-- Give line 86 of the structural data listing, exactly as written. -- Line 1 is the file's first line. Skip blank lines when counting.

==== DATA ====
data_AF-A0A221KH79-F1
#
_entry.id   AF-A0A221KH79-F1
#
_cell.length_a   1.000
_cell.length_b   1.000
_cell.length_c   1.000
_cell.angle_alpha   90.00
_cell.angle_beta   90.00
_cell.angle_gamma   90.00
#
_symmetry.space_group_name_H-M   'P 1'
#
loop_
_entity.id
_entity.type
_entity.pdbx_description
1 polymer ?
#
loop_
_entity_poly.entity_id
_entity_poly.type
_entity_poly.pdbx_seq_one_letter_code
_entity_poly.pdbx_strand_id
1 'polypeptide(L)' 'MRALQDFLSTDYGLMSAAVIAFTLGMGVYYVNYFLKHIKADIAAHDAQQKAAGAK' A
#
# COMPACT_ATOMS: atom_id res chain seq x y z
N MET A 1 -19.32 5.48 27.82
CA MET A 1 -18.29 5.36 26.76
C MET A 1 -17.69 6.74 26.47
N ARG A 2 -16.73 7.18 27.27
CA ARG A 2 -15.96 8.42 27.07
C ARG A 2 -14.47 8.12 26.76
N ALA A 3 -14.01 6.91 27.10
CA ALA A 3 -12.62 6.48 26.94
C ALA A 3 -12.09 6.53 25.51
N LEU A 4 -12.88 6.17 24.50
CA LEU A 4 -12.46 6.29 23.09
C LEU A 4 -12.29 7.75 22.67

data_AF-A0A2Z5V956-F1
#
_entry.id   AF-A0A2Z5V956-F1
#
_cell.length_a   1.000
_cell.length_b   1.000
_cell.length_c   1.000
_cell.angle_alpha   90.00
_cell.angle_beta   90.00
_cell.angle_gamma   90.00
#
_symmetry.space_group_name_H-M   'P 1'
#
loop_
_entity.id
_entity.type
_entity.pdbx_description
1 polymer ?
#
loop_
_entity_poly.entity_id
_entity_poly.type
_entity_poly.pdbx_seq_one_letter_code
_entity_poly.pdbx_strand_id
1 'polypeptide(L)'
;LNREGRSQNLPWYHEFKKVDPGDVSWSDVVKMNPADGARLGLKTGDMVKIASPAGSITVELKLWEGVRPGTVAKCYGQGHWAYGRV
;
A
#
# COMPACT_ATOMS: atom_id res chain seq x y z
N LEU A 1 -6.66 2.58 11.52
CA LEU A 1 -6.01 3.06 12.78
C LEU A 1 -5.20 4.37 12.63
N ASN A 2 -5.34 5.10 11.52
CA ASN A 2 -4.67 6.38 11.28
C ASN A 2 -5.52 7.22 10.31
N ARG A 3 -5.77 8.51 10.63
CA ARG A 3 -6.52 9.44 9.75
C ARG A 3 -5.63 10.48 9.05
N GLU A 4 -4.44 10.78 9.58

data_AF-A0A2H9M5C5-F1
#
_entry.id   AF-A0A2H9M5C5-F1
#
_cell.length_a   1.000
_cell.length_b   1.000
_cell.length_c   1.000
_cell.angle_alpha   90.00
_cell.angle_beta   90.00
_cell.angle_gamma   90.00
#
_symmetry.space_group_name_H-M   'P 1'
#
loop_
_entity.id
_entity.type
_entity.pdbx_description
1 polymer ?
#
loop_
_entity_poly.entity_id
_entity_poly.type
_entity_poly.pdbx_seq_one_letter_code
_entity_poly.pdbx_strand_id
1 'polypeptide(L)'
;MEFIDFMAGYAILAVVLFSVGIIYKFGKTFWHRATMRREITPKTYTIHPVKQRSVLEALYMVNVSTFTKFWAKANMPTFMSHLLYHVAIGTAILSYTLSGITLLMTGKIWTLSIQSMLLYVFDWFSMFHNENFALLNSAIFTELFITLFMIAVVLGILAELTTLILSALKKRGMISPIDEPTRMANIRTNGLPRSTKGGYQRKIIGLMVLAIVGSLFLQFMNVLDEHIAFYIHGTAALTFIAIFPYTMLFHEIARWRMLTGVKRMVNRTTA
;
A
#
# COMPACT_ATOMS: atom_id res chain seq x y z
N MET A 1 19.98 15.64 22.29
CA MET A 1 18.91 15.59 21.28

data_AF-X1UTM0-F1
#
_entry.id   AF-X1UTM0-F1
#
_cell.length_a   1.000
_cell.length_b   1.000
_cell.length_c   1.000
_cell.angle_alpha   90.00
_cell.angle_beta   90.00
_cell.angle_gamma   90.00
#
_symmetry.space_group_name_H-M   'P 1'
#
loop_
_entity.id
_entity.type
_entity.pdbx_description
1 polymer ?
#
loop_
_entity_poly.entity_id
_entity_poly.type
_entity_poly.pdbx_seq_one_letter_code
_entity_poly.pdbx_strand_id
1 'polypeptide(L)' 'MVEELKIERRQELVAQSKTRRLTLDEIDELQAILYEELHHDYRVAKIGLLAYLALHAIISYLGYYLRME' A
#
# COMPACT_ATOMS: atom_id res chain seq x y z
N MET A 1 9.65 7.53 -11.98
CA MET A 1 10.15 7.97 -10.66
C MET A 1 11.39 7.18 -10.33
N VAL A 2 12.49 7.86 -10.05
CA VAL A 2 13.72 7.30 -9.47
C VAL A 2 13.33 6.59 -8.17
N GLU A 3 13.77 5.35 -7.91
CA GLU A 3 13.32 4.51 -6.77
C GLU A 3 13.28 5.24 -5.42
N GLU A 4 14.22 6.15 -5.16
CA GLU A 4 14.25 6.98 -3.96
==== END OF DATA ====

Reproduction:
_cell.length_c   1.000